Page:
The vote is an important issue in what kind of Labour Party is emerging in Scotland and in England under Corbyn. In England it is very clear that the Blairites and their friends in the media are determined to humiliate and destroy Corbyn and replace him before the next election. Meanwhile the Corbynistas have launched Momentum, a grassroots movement of Labour Party and wider socialist supporters to back Jeremy in his struggle to make Labour socialist. Also early moves are beginning in the deselection of MPs particularly in those constituencies where boundaries will be redrawn as parliament is reduced in size. Up to 50 or 60 Labour MPs face deselection and that does usually concentrate their minds.

Corbyn: How long will he last?
Corbyn: How long will he last?

I predict that Corbyn will go before the next election but it will be bloody, as many of the 250,000 new members will go with him!

Scottish Labour, with its new leadership of Kezia Dugdale and Alex Rowley and its declaration of relative autonomy signed by Jeremy Corbyn, is very different. Firstly the Corbyn bounce in membership was much less than in England not least because in Scotland many socialists had already joined and voted for the SNP, indeed some of them even became SNP MPs.

The fight in Scottish Labour is over who becomes an MSP next May and in particular who gets the position on the regional list since privately many party members accept that they won’t win a single constituency. Indeed even Alex Rowley, who claims to be confident of winning his Cowdenbeath seat, is now taking up his right to be top of the list in Fife. Some say this is to stop former MP Thomas Doherty getting number one on the list, no love lost there. Since the number two on the list must be a woman, Doherty’s highest position could be three although there are several sitting MSPs who would like him even further down the list.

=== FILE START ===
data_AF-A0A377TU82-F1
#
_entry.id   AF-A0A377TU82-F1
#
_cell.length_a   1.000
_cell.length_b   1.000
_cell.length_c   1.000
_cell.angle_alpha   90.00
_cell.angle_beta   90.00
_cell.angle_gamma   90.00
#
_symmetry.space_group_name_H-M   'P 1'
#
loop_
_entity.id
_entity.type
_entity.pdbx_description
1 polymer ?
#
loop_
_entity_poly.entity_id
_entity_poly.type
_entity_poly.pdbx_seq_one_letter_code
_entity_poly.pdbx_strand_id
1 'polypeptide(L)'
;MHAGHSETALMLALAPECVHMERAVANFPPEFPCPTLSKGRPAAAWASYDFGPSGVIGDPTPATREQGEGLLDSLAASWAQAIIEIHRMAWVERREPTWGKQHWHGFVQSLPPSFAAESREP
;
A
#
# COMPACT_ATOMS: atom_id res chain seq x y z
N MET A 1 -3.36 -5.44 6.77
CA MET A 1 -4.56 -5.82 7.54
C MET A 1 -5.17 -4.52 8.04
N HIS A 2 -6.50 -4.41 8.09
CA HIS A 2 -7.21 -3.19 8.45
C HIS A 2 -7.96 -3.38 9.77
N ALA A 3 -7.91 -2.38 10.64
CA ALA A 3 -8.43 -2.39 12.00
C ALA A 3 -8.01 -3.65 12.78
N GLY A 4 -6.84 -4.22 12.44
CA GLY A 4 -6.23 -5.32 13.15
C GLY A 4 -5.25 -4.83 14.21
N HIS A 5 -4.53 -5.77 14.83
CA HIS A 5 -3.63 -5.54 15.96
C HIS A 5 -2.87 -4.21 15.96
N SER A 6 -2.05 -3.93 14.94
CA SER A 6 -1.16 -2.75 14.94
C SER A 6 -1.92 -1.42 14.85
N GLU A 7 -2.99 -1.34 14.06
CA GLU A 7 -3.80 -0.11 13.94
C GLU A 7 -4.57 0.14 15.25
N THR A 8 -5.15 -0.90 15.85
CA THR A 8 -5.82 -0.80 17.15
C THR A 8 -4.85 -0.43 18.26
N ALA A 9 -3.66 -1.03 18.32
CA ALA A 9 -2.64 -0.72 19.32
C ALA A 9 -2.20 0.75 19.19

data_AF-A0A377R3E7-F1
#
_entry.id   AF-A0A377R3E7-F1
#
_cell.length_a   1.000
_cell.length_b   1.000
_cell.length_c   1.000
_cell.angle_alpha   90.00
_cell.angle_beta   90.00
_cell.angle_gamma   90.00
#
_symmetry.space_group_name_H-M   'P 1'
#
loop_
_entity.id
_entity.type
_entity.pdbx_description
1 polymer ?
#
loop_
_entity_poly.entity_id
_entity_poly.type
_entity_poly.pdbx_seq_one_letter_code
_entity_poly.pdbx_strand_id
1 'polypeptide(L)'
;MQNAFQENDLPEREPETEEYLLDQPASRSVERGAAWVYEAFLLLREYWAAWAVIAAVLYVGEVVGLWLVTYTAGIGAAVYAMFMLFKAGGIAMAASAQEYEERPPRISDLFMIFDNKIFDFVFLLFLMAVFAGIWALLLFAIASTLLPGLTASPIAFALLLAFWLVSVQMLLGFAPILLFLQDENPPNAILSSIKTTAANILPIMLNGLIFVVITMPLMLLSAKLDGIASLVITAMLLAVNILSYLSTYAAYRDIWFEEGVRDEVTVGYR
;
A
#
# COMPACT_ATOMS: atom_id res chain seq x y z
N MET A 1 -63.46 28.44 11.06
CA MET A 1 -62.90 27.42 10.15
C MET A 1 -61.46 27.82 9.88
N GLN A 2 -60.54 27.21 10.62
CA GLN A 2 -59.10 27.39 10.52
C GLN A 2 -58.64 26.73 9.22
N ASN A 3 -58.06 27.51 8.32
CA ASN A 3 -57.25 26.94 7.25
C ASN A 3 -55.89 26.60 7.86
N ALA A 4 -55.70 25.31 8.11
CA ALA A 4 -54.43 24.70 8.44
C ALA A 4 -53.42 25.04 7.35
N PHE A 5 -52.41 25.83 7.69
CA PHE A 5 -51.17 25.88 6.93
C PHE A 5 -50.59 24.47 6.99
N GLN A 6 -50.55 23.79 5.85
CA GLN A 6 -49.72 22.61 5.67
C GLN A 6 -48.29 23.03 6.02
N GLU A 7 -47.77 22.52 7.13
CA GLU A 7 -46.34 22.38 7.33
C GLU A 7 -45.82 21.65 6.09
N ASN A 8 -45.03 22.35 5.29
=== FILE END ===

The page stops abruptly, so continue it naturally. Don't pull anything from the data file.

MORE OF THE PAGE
Kevin McKenna: Inquisitor
Kevin McKenna: Inquisitor


Indeed right now all over the country MSPs and former Labour MPs are looking at each other warily and wondering who will put the knife in first.

The state of Labour in Scotland was the focus of the recent History Festival in Edinburgh. Tom Devine, the eminent Scottish historian, was interviewed by Kevin McKenna of the Observer. Both are old Labour unionists who voted Yes in the referendum, disgusted with Labour’s collaboration with the Tories and their failure to offer either a socialist vision or real devolution. Indeed Devine was scathing of Scottish Labour.

The next day the left in Labour in Scotland launched the Scottish version of Momentum but it looked closely like the Campaign for Socialism in Scotland which was always small and ineffective. In a further History Festival session some Labour left people launched “What would Kier Hardie Say?” – a collection of essays on the great man and trying to prove his relevance to a Corbyn-led Labour Party. Corbyn himself claimed he was Kier Hardie’s successor and not just because of his beard. I gently pointed out that Kier Hardie’s first principle was Home Rule for Scotland not something Scottish Labour or indeed Jeremy was supporting!

So my predictions for the coming weeks are that the Tories will force and win a vote on air strikes, the SNP will vote solidly against, Labour will vote against but with up to 30 votes in favour of war (or abstentions)  and the major collateral damage will be Jeremy Corbyn – and, of course, a lot of innocent Syrians

Hugh Kerr is a former Labour MEP who is now an SNP member